Lexus has created the sedan we’d all like at some point in our lives, the time of life I’ve always referred to as the Buick stage of life.
No offense to Buick, as it and Cadillac and many others have delightful sedans with comfortable rides and interiors. But alas, they are not a Lexus LS460. The LS has been the Lexus flagship of luxury and understated comfort for years and the latest iteration is as, well, cozy and sublime as any car you’ll drive.
Its dimensions and leather-laden interior are such that they coddle you, wrap you in a cocoon of comfort.
The basics here, and really there is nothing basic here, are this. The LS is long and solid, riding on a 116.9-inch wheelbase and the tested AWD model weighing 4,651 lbs. That along with major sound-deadening material under the dash, hood and doors ensures, along with a well-tuned suspension, that your ride is smooth and well insulated. Bumps? Forget about it!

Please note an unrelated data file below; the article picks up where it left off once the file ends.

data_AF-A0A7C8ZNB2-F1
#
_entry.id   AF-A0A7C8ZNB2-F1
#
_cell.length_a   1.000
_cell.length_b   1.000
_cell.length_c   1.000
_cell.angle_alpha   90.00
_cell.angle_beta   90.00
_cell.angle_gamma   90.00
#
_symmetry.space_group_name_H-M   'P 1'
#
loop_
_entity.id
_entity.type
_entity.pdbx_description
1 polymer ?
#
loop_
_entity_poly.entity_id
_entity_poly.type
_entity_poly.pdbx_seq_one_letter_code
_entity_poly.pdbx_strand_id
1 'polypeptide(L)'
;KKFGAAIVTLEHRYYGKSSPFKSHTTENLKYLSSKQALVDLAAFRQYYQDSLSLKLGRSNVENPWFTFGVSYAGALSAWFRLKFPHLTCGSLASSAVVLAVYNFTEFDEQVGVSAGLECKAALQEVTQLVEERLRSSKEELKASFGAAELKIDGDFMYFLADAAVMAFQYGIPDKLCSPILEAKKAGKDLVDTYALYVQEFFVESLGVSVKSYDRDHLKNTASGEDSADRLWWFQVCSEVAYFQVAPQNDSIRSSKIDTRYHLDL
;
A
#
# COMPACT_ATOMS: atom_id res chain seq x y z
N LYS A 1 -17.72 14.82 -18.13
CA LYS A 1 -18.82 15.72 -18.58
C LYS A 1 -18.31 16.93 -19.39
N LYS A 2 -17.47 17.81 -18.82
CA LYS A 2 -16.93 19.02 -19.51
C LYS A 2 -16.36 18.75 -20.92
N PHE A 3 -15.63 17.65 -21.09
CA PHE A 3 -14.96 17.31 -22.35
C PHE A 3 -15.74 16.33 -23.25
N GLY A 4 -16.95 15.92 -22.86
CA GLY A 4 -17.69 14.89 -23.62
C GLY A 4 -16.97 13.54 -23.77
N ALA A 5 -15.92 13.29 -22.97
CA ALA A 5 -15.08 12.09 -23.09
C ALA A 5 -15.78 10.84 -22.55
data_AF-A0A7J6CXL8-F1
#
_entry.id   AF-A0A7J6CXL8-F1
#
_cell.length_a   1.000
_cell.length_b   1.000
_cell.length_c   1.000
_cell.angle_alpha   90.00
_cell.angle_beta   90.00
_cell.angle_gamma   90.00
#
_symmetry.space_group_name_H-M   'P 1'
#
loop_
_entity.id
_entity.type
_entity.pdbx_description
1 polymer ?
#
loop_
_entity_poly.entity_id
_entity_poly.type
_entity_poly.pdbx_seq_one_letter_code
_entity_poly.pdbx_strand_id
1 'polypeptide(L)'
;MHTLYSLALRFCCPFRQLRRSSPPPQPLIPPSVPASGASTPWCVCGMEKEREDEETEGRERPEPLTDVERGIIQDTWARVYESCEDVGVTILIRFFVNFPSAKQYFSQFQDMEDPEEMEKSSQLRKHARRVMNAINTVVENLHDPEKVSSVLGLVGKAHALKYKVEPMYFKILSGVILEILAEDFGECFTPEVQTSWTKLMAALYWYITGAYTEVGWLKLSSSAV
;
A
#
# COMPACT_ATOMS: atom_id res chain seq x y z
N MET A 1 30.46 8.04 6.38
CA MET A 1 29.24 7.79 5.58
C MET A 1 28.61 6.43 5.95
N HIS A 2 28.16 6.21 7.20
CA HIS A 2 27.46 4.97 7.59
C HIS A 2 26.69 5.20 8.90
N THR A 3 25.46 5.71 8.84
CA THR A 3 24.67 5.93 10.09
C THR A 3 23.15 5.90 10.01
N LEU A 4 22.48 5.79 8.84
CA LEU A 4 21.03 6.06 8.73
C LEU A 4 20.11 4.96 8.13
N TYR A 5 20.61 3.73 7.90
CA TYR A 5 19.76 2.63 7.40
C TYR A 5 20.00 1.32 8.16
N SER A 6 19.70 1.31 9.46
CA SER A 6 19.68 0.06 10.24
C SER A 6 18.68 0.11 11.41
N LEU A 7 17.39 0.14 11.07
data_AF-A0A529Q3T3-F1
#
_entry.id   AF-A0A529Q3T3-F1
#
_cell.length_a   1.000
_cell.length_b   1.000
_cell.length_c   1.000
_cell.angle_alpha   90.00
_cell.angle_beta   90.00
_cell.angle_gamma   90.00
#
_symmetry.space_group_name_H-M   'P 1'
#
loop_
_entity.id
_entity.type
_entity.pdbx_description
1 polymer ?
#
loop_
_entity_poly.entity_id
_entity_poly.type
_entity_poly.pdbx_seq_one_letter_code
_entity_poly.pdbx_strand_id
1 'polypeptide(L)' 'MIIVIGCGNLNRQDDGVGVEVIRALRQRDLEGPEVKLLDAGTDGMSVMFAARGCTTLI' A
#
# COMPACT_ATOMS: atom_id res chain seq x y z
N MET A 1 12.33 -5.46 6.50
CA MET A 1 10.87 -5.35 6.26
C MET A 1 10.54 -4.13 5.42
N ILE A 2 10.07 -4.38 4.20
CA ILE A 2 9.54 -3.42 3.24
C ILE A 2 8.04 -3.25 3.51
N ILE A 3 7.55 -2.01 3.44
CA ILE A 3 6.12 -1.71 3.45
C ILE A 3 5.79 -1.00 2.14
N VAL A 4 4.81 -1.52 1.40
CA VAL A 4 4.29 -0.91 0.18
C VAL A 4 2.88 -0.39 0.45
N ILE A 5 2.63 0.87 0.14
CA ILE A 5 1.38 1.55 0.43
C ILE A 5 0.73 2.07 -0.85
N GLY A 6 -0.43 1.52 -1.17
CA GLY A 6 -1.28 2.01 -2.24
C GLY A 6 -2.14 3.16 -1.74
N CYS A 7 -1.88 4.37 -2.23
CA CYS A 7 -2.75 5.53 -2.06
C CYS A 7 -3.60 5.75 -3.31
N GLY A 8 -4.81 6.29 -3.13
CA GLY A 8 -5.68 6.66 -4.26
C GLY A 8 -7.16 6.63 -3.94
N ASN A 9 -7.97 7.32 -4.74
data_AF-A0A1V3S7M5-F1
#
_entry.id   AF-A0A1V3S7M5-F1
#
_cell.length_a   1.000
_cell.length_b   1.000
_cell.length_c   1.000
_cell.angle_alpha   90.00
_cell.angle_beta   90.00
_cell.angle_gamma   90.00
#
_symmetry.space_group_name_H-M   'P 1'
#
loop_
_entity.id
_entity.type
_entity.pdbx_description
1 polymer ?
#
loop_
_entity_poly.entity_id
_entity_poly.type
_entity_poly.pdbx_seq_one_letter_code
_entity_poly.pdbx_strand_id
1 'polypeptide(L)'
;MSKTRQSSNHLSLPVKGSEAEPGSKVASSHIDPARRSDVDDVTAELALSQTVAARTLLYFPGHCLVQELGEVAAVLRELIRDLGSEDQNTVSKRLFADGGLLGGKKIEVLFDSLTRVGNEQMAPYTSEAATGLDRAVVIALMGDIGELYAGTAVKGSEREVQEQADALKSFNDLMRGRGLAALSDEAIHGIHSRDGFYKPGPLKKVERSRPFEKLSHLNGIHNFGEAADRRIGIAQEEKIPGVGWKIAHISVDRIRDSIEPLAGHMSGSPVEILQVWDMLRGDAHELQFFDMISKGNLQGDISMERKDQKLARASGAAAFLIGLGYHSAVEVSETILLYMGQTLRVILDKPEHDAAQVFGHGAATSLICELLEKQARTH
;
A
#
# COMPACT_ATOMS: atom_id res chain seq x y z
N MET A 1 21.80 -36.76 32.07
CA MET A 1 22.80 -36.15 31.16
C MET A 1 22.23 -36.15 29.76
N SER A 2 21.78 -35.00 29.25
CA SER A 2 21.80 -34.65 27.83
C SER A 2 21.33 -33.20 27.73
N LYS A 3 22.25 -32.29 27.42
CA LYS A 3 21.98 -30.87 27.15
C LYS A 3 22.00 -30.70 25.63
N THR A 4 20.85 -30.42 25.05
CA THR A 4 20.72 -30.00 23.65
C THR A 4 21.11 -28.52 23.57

Lexus uses its hush quiet 4.6-liter V8 with dual fuel injection, 32 valves and electronically controlled intake valve timing to propel this massive, yet comforting vehicle. Power is good, as you’d expect, with 360 horsepower that climbs to 385 in the rear-drive model. But this is not a super thruster that rockets you to 60 mph. It’s a strong unit that gently guides you to highway speeds via a silky 8-speed automatic.
Drive Select Mode is standard, as it should be at the $75,465 starting price for this AWD model. That allows you to dial back the car’s steering, suspension and engine performance to Eco mode if you’re on a relaxed trip where all that engine power isn’t required. Normal mode is perfectly fine for most occasions and a driver gets that by pressing the DSM knob down on the console. A Sport mode firms things just a tad and gives the car a bit more juice by holding the lower gears longer. I used it in town a few times when a quick lane change was in order. Even in Sport, the car doesn’t feel aggressive.